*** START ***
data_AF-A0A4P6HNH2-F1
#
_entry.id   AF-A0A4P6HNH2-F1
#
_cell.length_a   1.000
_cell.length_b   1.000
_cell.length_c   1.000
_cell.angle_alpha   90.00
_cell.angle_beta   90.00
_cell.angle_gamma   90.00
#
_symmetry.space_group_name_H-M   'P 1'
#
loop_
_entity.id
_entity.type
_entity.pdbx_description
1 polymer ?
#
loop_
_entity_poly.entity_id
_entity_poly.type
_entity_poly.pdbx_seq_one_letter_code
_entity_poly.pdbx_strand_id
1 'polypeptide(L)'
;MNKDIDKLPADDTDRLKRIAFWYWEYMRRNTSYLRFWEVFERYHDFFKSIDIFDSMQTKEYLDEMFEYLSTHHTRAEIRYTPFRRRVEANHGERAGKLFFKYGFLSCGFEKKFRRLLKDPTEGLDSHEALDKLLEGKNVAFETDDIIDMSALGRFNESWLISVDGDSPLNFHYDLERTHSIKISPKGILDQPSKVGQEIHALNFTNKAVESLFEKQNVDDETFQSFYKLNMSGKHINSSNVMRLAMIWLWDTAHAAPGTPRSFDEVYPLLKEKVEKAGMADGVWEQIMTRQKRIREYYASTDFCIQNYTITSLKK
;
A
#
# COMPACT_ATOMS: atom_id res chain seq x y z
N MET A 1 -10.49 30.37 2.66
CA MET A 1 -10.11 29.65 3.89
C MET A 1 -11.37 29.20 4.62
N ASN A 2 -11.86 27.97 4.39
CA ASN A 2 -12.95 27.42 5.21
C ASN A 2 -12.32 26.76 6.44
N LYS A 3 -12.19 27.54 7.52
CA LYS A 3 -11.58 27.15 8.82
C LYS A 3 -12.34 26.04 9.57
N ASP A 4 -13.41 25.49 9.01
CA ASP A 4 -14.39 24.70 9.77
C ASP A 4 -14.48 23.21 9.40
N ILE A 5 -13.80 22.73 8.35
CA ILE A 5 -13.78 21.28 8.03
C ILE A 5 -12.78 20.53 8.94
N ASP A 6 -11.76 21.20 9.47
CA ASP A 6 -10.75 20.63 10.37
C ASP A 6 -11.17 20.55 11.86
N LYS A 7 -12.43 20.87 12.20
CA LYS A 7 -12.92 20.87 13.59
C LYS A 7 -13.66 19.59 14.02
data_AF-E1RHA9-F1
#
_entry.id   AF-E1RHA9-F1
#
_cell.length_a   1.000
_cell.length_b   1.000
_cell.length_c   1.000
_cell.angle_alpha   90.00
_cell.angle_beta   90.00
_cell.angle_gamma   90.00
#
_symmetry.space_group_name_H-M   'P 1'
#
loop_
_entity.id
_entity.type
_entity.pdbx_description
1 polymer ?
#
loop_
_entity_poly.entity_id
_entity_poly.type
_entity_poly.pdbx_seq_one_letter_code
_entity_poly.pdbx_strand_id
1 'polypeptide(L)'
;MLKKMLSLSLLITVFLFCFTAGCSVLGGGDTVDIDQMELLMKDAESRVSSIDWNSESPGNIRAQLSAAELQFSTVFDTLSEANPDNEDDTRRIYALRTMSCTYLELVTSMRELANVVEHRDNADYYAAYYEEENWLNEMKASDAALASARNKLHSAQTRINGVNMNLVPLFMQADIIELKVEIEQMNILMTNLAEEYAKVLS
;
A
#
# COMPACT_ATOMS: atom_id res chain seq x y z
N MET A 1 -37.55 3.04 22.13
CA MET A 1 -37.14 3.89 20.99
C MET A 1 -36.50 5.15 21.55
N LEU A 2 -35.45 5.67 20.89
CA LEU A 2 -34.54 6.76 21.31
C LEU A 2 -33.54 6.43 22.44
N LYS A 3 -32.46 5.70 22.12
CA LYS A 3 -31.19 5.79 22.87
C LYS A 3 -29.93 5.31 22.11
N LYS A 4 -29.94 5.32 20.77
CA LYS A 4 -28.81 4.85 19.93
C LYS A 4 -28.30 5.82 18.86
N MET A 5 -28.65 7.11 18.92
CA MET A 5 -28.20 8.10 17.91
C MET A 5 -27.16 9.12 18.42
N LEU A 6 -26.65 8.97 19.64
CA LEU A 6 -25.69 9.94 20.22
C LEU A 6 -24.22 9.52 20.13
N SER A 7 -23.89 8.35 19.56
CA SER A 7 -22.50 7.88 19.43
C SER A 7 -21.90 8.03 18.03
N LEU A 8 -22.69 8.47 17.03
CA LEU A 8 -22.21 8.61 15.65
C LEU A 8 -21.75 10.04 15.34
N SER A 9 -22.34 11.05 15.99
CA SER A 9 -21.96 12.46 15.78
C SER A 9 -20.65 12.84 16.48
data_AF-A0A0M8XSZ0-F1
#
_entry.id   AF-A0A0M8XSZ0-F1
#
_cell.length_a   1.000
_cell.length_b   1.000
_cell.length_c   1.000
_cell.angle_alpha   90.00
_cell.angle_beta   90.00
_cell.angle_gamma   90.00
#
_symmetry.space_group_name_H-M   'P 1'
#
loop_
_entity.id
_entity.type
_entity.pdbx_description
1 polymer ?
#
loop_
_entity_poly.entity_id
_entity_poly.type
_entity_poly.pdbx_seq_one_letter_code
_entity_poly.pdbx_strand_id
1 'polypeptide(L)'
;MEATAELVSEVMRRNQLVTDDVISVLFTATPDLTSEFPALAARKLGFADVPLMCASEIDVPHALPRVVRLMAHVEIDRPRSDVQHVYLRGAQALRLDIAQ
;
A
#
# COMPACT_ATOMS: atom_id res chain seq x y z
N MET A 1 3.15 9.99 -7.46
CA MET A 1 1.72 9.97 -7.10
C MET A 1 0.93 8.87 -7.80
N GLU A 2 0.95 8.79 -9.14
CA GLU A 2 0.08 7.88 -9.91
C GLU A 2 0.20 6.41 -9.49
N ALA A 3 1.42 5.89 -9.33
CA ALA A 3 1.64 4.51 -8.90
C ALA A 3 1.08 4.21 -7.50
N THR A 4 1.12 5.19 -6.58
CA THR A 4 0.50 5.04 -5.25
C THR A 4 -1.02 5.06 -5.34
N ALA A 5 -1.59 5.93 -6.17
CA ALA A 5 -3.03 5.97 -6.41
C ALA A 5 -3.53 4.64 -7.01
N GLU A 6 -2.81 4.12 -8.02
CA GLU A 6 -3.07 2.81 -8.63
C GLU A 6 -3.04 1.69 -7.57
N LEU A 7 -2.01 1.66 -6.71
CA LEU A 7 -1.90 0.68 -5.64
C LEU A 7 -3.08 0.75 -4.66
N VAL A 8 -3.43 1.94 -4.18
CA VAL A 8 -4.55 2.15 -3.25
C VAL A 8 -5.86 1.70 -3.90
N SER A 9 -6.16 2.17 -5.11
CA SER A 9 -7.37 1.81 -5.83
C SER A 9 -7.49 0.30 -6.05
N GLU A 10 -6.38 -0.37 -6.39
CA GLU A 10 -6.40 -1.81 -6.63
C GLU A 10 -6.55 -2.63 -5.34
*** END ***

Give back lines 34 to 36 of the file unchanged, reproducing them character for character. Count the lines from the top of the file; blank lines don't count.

N ASN A 2 -11.86 27.97 4.39
CA ASN A 2 -12.95 27.42 5.21
C ASN A 2 -12.32 26.76 6.44